Tuesday, January 23, 2018

Weekly Waterfowl (18!)


Duckducks are undeterred by snow, but irritated that it makes their food sink. 

Wednesday, January 10, 2018

Probably Appropriated Tomatillo Tortilla Soup

Things that are a problem when you're a terrible photographer who also thinks it's a good idea to write a food blog:
  1. Foodgawker will reject most of your photos
  2. When they tell you why, you won't understand the critique (seriously, how is this underexposed? Isn't it too bright? Can someone explain this to me?)
  3. Sometimes, on the day you were planning on cooking during the daylight, it's slush-snowing and gray and disgusting outdoors.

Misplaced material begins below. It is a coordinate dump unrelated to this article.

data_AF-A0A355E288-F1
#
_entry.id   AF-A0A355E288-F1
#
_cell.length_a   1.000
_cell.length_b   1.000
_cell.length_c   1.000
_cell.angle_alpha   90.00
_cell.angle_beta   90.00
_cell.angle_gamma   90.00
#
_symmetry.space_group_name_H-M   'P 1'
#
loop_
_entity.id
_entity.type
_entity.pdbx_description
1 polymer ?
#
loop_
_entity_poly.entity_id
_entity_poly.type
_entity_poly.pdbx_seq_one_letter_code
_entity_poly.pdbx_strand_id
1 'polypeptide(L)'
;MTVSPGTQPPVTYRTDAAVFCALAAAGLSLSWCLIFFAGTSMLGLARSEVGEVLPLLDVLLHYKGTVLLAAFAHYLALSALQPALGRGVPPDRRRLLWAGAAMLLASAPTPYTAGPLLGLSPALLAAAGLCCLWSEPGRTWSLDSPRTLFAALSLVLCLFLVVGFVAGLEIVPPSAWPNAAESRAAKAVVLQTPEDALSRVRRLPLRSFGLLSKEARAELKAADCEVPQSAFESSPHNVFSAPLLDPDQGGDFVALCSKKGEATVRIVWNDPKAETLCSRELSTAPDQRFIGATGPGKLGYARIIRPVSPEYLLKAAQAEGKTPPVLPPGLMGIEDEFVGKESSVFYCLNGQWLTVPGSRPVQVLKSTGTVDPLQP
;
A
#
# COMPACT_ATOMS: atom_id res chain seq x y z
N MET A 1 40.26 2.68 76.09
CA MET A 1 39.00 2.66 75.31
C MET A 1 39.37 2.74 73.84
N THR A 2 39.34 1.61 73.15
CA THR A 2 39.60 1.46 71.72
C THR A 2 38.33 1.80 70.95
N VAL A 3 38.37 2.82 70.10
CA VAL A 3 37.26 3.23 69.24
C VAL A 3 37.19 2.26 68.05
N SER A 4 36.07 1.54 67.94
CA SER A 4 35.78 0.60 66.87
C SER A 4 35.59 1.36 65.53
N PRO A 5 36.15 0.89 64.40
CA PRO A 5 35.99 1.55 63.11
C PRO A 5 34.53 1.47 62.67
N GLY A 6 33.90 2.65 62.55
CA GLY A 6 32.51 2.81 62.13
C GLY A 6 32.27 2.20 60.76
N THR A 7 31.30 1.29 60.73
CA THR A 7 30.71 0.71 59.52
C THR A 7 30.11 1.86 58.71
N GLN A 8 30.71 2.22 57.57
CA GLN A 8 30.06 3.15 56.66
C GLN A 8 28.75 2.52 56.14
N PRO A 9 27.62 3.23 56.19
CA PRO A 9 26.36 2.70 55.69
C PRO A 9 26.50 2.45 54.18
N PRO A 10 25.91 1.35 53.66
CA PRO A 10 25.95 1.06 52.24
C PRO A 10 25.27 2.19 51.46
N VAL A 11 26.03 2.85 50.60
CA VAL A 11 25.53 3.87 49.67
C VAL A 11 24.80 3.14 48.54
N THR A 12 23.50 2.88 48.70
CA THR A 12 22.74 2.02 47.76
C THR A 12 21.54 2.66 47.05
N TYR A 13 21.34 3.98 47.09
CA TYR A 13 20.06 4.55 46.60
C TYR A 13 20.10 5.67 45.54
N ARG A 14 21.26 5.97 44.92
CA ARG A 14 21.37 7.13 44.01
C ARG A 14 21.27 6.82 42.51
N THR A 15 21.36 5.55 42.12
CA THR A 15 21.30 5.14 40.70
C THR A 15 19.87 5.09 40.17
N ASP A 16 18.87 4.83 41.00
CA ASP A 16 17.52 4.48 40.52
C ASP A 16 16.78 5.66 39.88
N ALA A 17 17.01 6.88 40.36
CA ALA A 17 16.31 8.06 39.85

All of that is an explanation for why the background on this photo is literal snow.

Not pictured: me in my puffiest coat, reconsidering all of my life choices.

Also on the list of life choices to reconsider? The weekend this fall when we canned 25lbs of plums, made what must have been a quart of chimmichurri, dehydrated 30 tomatoes and 20 red chilis and accidentally picked 73lbs of tomatillos. In the process, we had to peel 109 cloves of garlic and sliced enough jalapeƱos to give both my roommates a coughing fit. I ended this canning season with twenty-two jars of tomatillo salsa and am now down to eleven. Eleven! I mean, I did give away quite a few, but I've also made this soup twice, and I think you should too.